National pharmaceuticals funder PHARMAC has begun a significant step towards standardising hospital medicines throughout the country.
PHARMAC has released two lists of medicines that it proposes every District Health Board hospital would fund. Once finalised, these lists will form a hospital version of the community Pharmaceutical Schedule. The first lists relate mainly to cardiovascular (heart disease) and rheumatology (arthritis) treatments.
Medical Director, Dr Peter Moodie, says the ultimate objective of the current process is to give patients, clinicians, hospital pharmacists and DHB management certainty over what medicines are available in all hospitals.
"We want to avoid the situation where medicines are funded in some DHB regions but not in others," says Dr Moodie. "A standardised national list would ensure people have the same access to the same hospital medicines regardless of where they live."
"It would also mean a smoother transition of patients from hospital into the community, as it would ensure the medicines that are initiated in hospital will be also funded in the community."
Dr Moodie says PHARMAC has been engaged in an extensive information-gathering exercise over the past two years, to find out what medicines DHB hospitals are currently providing for patients. PHARMAC has collated the information and used it to construct a list of the medicines that are commonly funded by all DHB hospitals at present.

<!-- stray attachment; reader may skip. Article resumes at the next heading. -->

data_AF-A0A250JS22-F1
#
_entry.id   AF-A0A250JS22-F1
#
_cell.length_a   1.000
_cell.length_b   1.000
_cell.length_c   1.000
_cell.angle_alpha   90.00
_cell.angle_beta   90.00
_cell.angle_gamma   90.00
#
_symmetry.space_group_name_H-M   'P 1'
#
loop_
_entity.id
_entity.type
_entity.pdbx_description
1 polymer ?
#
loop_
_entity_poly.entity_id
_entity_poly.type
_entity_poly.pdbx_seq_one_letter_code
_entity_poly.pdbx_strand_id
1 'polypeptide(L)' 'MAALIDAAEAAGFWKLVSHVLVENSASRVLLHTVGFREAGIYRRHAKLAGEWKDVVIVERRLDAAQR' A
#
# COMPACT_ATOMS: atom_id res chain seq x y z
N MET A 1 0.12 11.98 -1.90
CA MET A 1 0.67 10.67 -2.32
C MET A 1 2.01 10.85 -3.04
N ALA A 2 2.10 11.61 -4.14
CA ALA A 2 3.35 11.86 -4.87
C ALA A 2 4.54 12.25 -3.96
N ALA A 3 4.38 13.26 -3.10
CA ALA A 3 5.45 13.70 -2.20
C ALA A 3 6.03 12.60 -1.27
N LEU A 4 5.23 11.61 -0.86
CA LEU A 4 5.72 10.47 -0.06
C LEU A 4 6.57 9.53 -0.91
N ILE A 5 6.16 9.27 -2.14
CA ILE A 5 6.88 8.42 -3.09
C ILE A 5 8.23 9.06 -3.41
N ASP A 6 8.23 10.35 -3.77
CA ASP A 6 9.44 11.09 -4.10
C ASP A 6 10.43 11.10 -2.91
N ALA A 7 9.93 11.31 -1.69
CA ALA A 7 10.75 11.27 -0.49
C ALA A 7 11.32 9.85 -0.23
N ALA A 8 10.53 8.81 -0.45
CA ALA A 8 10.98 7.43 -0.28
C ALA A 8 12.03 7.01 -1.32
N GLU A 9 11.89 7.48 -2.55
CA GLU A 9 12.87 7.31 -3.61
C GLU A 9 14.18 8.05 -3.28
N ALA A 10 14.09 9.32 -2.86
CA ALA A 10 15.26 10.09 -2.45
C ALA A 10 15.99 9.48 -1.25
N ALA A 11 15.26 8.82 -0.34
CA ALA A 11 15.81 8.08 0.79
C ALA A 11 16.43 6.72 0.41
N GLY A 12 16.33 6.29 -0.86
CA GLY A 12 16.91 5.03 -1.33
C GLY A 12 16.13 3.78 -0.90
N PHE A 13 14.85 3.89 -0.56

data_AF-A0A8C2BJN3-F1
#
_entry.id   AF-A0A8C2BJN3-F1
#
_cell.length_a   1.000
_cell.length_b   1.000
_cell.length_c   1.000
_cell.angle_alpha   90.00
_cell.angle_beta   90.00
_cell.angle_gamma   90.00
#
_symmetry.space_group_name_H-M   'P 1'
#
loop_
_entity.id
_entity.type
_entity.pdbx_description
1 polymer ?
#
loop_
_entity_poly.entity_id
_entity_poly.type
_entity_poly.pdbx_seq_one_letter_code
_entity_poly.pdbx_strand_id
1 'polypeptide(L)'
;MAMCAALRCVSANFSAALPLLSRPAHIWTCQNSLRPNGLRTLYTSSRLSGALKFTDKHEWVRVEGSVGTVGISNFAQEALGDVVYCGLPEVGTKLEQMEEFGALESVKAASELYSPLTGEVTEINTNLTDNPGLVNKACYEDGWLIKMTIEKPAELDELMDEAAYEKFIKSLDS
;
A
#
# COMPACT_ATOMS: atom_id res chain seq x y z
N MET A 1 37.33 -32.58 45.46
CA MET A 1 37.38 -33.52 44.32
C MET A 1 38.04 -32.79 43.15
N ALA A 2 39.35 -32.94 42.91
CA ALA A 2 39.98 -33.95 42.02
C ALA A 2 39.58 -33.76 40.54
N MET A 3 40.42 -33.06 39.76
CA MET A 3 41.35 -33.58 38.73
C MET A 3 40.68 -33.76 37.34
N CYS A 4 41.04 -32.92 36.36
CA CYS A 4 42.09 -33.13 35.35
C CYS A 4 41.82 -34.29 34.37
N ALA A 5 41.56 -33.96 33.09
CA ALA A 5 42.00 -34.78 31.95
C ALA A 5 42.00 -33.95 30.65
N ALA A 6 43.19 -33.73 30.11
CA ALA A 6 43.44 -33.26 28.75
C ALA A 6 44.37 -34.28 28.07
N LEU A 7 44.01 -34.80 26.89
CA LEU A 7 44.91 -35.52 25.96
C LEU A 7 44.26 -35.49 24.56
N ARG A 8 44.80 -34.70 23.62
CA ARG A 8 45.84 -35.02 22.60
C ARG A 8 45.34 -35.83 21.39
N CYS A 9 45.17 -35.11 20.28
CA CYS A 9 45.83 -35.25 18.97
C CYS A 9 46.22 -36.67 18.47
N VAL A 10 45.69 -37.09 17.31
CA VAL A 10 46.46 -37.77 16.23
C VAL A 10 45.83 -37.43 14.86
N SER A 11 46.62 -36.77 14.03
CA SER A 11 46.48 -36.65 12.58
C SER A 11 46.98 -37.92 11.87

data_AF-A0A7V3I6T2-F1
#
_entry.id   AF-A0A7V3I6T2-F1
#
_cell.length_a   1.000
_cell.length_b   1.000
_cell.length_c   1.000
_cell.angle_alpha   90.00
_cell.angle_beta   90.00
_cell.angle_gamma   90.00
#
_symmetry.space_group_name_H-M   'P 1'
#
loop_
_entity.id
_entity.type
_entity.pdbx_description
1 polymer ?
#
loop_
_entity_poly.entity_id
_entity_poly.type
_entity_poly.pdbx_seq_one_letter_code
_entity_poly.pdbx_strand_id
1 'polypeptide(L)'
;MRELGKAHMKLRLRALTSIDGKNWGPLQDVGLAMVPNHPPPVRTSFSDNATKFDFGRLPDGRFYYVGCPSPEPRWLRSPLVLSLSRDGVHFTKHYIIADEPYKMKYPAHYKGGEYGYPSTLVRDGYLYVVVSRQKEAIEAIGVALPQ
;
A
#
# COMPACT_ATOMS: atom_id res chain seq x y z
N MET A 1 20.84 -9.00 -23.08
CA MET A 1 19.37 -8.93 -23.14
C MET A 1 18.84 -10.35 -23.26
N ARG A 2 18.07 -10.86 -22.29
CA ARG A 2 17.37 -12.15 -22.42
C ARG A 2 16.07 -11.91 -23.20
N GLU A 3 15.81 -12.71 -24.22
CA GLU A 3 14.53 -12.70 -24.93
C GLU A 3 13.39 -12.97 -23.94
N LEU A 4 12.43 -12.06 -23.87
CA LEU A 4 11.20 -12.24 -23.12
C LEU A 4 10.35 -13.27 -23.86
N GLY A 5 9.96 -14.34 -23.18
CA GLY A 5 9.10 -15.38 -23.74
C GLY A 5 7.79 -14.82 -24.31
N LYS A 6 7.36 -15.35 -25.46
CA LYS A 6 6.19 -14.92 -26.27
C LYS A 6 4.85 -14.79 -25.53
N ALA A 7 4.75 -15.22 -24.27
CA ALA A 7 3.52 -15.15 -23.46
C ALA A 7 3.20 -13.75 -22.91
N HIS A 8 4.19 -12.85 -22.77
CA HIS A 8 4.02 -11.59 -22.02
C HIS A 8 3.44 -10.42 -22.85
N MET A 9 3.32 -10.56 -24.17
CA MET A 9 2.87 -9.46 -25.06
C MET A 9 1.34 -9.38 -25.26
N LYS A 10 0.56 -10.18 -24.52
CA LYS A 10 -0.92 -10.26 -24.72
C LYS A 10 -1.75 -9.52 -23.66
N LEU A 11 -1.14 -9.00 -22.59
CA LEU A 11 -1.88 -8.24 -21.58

As part of consultation on the draft lists to be nationally funded, PHARMAC is also including a list of medicines currently funded by some DHBs, but which it is proposing won't be included on the national list.
"We want to know people's views on the positive and negative lists. We also want people to think carefully about the things that aren't there, to ensure we have all the information we need," says Dr Moodie. "The proposals will affect different DHBs in different ways - for example the type of medicines currently available in big city hospitals may be different to those in provincial areas, even taking into consideration the differences in specialist services at each hospital. This may have different impacts on the clinicians within those hospitals. These are the sorts of views we want to hear through the consultation process."
"This list will become the schedule of funded medicines that PHARMAC specifies for hospitals, just as we currently do for all medicines funded in the community."
PHARMAC is releasing the consultation lists to all DHB hospitals, pharmaceutical suppliers, medical groups, patient groups and posting it to the PHARMAC website. In addition to issuing the document, Dr Moodie says PHARMAC will also be offering to meet with groups wanting to discuss the proposals face to face.
Consultation will run for five weeks until 7 September.
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